From Virtual Carl to Real Carl - Voice of San Diego

Carl DeMaio

From Virtual Carl to Real Carl

It’s tough to overstate how big of departure DeMaio’s latest ad is. More than three years ago, DeMaio bent over backward not to show any side of himself that wasn’t directly related to politics.

When Carl DeMaio changes his mind, it usually happens quickly and dramatically.

He went from giving San Diego city finances an award to becoming their harshest critic. He went from being firmly in the corner of the Republican Party during his failed mayoral campaign to criticizing the party’s brand in the election’s aftermath. Enemies fast become friends. Friends soon become enemies.

DeMaio released an ad this week in his congressional race that cements a shift that played out far longer than the others, but one that’s no less dramatic and a lot more personal.

DeMaio looks straight into the camera for most of the ad, and leads off by referring to himself as, “a proud gay American.” Family photos from his troubled upbringing flicker across the screen.

It’s tough to overstate how big of departure this is for DeMaio. More than three years ago, DeMaio was tight-lipped about his personal life and upbringing, almost never showing any side of himself that wasn’t related to politics. When a television station asked to film the four major mayoral candidates’ hobbies, one chose working out, another walking her dog and the third playing the piano. DeMaio picked knocking on doors for his campaign. He even created a virtual reality version of himself to answer questions about his life in fall 2011. If you asked Virtual Carl if Real Carl was a private person, this was the answer:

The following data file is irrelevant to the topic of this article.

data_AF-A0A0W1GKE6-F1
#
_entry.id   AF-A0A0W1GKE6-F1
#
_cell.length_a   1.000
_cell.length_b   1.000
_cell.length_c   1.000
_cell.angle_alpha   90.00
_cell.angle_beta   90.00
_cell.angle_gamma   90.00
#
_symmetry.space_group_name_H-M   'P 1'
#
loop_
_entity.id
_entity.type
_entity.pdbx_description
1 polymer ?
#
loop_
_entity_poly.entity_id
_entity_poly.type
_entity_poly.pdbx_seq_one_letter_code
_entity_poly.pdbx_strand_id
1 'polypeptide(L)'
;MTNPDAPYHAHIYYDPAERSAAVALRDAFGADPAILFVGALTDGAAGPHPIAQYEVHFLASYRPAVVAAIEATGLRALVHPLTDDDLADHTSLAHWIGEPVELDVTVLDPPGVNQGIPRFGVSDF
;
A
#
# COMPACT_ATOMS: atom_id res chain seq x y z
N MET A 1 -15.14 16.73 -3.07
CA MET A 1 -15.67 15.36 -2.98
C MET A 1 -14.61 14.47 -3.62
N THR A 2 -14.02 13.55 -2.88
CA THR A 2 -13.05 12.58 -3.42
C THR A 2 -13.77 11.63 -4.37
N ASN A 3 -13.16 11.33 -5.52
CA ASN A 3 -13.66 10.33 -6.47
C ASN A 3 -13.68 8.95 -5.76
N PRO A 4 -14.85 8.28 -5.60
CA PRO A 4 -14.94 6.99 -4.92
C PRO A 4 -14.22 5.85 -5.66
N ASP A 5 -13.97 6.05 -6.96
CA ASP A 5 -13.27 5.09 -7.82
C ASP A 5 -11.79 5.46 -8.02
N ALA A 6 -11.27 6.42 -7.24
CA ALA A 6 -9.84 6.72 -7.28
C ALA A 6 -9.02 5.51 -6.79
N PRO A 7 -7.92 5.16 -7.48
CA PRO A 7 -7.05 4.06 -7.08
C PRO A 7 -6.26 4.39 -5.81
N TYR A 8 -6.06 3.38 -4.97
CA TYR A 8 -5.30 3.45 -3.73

“Yes, I’m intensely private. And that might come as a surprise to many people because I am a public, elected official. And I’m out in the public a lot. But there’s this test called the Myers-Briggs test and it shows that I’m an introvert, which pretty much means that at the end of a day, a long day I’m usually pretty exhausted and I just want to kind of be by myself and collect my thoughts. So I’m an intensely private person.”

The change to be more open was gradual. He began talking more about his family life toward the end of the mayoral campaign – DeMaio’s mother died when he was a teenager and his abusive father left the family. In this campaign, he’s embraced the attention that’s come with being one of the few gay Republican candidates for Congress. In a previous ad, he included a photo of himself holding hands with his partner at a Pride parade. But this new ad is the most direct and public he’s been about his personal life.

Here’s the ad:

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